Thomas Wright. Phil. Nat. Nat. Et. Mat. Prof.
Engraving, 200 x 115mm (8 x 4½"). Trimmed to image; laid on backing sheet.
Thomas Wright (1711 - 1786), astronomer, instrument maker and landscape gardener. Wright's 'Clavis pannautici' (1734) described the pannauticon, a paper instrument dedicated to George II. His 'Clavis coelestis' (1742) was an enormous engraved diagram of the heavens and theories of their arrangement. He is most famous, however, for 'An Original Theory of the Universe' (1750), embellished with spectacular engravings and fragments of poetry, which ponders why we see the Milky Way as we do. When the work of William Hershel led to acceptance of the galaxy's spiral shape, Wright's 'grindstone' theory was seen as a precursor. Wright also designed gardens (in a style similar to William Kent), published books on architecture ('Universal Architecture', 1755-8) and the antiquities of Co. Louth ('Louthiana', 1748), and designed buildings. With vignette of 'The Astronomical Cylinder or Sun Dial' below portrait. Published in the 'Gentleman's Magazine' of 1793, probably to accompany the posthumous publication of Wright's description of his house in Byers Green, County Durham (which was demolished in 1967).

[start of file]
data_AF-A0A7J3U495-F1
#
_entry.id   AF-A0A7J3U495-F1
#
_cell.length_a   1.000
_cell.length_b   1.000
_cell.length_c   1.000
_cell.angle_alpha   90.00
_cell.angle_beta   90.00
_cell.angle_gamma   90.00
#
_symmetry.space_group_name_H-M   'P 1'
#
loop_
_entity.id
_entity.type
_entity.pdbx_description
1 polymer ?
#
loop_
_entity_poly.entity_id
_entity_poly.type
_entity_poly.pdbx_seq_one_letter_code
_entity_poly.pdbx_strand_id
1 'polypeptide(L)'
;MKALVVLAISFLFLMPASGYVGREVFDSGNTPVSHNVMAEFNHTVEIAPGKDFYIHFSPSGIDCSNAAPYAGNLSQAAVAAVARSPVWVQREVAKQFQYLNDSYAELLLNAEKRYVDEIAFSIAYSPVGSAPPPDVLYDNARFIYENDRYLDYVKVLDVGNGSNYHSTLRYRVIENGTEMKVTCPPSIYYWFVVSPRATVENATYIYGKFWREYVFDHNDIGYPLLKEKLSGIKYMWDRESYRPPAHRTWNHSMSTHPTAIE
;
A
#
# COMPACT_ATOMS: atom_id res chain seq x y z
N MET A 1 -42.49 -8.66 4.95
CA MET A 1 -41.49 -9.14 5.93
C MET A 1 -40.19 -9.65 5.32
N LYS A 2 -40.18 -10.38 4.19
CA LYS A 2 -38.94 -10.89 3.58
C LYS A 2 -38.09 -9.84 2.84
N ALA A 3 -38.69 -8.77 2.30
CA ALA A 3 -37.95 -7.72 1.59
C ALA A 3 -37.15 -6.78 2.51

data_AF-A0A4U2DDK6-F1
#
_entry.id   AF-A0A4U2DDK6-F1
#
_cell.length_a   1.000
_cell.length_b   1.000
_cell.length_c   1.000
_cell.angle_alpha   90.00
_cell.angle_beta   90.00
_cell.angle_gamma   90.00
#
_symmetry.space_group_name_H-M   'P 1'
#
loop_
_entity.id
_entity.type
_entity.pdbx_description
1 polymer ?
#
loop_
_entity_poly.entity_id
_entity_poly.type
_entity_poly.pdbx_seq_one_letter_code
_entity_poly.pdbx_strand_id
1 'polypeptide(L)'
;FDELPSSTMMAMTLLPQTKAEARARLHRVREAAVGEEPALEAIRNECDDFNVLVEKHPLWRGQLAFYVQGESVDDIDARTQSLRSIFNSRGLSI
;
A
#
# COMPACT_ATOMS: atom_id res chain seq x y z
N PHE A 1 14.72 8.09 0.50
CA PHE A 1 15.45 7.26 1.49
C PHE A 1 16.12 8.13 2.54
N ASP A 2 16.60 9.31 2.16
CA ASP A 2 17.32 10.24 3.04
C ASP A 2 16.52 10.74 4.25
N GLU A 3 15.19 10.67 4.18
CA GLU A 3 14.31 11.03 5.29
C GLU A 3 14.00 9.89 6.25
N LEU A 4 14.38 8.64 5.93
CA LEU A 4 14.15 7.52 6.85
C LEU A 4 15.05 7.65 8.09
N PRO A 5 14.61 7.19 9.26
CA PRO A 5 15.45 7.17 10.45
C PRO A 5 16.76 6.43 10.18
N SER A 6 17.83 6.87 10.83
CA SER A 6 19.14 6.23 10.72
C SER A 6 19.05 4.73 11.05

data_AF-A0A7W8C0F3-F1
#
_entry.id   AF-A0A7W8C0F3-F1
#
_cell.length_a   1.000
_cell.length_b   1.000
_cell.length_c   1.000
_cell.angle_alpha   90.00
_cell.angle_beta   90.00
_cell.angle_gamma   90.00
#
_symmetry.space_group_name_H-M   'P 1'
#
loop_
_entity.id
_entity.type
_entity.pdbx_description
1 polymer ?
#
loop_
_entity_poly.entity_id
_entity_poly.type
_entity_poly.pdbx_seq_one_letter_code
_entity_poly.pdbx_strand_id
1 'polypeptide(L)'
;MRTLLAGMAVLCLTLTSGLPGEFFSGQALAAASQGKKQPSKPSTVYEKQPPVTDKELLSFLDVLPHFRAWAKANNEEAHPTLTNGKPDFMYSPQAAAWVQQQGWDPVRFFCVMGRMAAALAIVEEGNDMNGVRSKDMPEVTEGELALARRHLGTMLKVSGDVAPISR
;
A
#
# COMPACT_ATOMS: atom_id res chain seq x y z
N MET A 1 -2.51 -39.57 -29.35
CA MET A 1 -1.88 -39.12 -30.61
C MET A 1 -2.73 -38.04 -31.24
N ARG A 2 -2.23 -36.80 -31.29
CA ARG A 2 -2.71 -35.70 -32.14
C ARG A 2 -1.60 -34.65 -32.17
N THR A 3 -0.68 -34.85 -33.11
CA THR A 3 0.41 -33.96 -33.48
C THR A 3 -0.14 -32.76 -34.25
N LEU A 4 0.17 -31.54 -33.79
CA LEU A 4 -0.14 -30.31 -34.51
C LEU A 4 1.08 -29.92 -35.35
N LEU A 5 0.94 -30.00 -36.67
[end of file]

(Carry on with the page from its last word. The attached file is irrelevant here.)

BM: pg.550, 2. W. 3239-3.
[Ref: 35271] £75.00